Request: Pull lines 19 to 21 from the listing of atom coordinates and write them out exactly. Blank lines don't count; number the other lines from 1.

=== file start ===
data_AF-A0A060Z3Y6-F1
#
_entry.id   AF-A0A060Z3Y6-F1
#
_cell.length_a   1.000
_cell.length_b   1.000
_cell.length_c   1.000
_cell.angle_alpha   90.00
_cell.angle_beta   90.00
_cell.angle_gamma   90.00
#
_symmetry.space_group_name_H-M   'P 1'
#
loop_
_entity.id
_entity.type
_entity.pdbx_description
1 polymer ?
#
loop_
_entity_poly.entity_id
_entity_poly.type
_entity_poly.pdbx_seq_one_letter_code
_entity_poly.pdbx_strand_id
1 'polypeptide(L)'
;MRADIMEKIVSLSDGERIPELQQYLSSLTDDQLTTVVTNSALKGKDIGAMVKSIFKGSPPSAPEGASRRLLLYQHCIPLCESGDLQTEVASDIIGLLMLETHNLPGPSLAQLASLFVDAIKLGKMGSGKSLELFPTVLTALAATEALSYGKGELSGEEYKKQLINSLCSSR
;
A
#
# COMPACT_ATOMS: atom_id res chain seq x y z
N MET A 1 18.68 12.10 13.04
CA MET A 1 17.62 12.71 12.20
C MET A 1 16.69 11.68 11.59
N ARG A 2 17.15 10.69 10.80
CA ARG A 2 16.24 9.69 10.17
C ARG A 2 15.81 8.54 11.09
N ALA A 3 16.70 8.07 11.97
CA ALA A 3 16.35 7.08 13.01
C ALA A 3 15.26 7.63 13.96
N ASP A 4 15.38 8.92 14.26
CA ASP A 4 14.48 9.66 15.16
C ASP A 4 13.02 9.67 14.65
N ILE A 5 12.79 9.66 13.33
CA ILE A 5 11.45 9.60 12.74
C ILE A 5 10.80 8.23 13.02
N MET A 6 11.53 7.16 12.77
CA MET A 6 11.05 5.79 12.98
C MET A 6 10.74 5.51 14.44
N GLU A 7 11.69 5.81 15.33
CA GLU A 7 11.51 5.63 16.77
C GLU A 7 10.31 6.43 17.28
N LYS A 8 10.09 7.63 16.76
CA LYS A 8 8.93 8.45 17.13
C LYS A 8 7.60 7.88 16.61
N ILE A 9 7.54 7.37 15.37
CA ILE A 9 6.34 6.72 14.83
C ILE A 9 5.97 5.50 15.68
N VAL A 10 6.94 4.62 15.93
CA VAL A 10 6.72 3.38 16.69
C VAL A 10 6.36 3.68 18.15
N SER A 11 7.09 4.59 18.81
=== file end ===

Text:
#
loop_
_entity_poly.entity_id